The Long Smoke: A Pulled Pork Story
It was finally time.
Long overdue, mind you.
The burning inside this pit master had been smoldering far longer than the pork butt was to be on the smoker. But today that was all going to change. It was time to scratch that itch, so to speak. It was time for the long smoke.
Our Midwest summer days are now full of the traditional heat and humidity, and long on daylight. Not long enough however, for a long smoke. Which is exactly why I found myself trying to tip toe past our noble family protectors at precisely 3:30 in the morning. But one squinty eye opening in the dim light was all these and the other dogs needed to notice that I was dressed in my going outside clothes, which immediately had them up and at heel, ready to be my nighttime accompaniment. This night was calm, and very peaceful as I methodically started my fire. The chimney huffed and puffed, then started to glow at the bottom like a small, angry volcano. I dumped those few, fiery coals into the bottom of the smoker, It takes only moments to ignite the others, and then the coals may take turns burning and then fading, much like the stars I paused to look at while I had the opportunity. Once the fire had a healthy start, I closed up the smoker to allow it to come to temperature, somewhere in the 210 to 230 degree range. The pork butt, although no pictures exist to validate my account, had been injected and left to marinate the night before, prepping first for a good dry rub, and then for a day on the smoker, accompanied by several healthy handfuls of applewood. All of this prep and fire wrangling took less than an hour, which meant there was still time to get back to bed to resume my interrupted shut-eye, though smelling like I just performed a barefoot, coals-of-fire walk in a local, traveling circus.
Once daylight broke, the morning sky was painted in a bit of pastel, and brought a rush of anticipation, you know, like when you were a child, jumping out of bed to see if Santa had visited while you were asleep. I walked directly out to the smoker, and was elated that 3 hours into the cook, the temp was still holding steady. “Good start” I thought, “But hey, we’re just getting going here”.
Satisfied with the initial progress, it was time to fill my day with other important activities. I heard the sounds of lawnmowers, grass trimmers, and car horns. The trains were running steady, that familiar clickity clack of the wheels on the tracks leading the way like the rhythm section in this band of city sounds. I looked around the homestead, and then realized that I, myself had some serious meandering to get done around the yard, which is in itself part of the long smoking process. Checking the herbs and veggies. Squirting the hose a bit. Walking back and forth around the grill, glancing at and hovering around the thermometer like that mother bluejay that’s been known to dive bomb our heads to protect her nest. I took a moment to reflect on my wall of hops, grown to cover the great white blandness of an outside garage wall. And then, well, after looking at those hops, my brain naturally came up with the idea to grab hold of a cold, pit master type drink to quench a thirst that can only be worked up by some professional lolly-gagging. And quench it did! After a good 4 hours or so, The coals needed a good replenishing, and that was a chance for me to get a sneak preview of what was going on inside that smoker. Sometimes the hardest part of being a backyard pit master, manning a single pit, is fighting the urge to open that lid to check on progress.This however, was a scheduled look-see. Coal replenishment with a good mopping. What I saw was a piece of pork doing exactly what I asked of it. Cook slow, stay juicy, and look good. After the replenish and the mop, the smoker is closed up once again, and it was time to set a bit, elevate the shoes, kick back and ponder. Think about the pork bathing in all the flavors of the injection, marinade, and mopping sauce. There was the apple juice, the cider vinegar, the abundance of garlic, a multitude of fresh spices and seasonings, sugars and peppers. All of these melded together with the applewood smoke being a transparent ribbon, weaving its way though each layer of flavor, pulling them along to the next level. And then, after a bit of a daydream, or perhaps a real dream, the smoker lid is lifted, and the thermometer reads a precise 190 degrees. Finally, the magic temperature has been achieved, complete with the crusty, flavorful bark that has built up on the outside of the pork. The meat gives when I take it off the grill, signifying that it is ready to be pulled apart and shredded for our pleasure. And it was… Now I will tell you that in the time it took to read this, that pork had all but disappeared. Sandwiches were made, plates were filled, and mouths were fed.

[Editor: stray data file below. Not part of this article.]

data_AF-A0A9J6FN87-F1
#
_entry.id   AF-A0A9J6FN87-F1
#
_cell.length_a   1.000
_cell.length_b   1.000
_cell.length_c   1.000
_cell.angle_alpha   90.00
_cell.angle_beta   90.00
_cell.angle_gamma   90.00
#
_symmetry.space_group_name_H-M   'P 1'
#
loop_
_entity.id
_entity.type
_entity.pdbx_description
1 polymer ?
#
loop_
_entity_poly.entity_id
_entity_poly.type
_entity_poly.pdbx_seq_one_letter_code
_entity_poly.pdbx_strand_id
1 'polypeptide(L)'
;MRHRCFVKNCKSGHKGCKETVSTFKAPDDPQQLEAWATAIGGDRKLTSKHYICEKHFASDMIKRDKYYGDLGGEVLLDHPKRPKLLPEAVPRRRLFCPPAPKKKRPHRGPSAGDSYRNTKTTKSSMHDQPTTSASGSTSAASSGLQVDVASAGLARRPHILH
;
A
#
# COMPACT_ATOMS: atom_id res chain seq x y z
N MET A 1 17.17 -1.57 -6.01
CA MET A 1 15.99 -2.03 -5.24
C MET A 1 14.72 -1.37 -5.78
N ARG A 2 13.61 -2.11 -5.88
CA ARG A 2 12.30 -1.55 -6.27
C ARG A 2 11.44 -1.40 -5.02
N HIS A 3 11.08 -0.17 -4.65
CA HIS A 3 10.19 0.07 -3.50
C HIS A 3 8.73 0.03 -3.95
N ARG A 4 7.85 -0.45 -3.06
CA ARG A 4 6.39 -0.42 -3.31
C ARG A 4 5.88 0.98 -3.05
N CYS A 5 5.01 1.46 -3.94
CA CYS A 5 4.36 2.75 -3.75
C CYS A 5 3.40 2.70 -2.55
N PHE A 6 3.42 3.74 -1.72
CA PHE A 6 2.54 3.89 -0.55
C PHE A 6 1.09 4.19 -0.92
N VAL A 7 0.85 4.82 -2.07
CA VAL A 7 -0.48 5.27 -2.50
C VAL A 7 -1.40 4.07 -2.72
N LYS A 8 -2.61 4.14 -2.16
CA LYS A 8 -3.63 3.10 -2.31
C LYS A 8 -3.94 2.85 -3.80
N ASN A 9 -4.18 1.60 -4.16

But no, there would be no leftovers. Not today. No pulled pork tacos, no cold, pulled pork sandwiches, and no pork nachos or flatbread were in my future.
But that’s OK, because when you spend your time with family, friends, and good food,
Life Is Better Wood Fired.